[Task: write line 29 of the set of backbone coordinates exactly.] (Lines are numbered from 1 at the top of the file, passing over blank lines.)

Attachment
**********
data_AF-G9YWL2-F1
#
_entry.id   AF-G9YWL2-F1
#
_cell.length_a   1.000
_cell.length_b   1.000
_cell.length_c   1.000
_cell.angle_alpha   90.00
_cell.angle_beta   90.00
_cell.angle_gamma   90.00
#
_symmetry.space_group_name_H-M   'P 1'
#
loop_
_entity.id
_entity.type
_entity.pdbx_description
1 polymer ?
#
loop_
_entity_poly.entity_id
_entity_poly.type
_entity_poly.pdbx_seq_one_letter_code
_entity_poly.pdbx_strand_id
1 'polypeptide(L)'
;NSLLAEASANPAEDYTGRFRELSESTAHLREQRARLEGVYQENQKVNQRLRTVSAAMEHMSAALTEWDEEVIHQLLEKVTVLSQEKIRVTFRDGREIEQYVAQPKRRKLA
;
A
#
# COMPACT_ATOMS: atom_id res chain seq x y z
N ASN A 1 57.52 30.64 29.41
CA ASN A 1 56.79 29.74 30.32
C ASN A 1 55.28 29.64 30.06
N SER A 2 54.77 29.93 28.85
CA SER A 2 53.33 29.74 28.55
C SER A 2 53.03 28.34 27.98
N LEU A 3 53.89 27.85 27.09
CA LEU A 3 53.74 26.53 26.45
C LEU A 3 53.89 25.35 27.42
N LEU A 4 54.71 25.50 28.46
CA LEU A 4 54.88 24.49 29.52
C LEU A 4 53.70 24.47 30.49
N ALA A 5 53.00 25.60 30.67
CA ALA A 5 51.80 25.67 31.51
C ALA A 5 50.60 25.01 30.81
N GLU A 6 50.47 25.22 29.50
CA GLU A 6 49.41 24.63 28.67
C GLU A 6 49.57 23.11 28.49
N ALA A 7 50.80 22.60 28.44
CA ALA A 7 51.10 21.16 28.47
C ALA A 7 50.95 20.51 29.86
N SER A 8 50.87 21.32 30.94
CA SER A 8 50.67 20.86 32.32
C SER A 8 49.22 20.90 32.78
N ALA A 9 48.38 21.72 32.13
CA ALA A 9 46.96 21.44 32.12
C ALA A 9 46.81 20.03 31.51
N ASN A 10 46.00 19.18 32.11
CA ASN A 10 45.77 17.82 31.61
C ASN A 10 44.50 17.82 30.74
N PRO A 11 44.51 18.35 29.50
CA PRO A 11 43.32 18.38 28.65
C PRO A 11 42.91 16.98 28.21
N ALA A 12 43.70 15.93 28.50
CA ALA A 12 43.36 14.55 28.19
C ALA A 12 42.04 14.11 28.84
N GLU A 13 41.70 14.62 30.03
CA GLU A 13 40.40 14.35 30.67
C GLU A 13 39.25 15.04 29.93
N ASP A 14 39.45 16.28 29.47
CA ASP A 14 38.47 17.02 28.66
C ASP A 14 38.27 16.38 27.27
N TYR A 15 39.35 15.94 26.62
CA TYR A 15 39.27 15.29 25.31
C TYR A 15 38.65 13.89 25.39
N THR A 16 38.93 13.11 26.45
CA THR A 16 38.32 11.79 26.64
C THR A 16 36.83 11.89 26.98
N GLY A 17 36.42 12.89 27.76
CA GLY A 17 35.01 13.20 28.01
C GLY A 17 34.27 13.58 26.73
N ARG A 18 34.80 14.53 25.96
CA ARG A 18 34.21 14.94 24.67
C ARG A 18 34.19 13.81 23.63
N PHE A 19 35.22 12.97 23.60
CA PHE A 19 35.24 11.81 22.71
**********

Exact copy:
#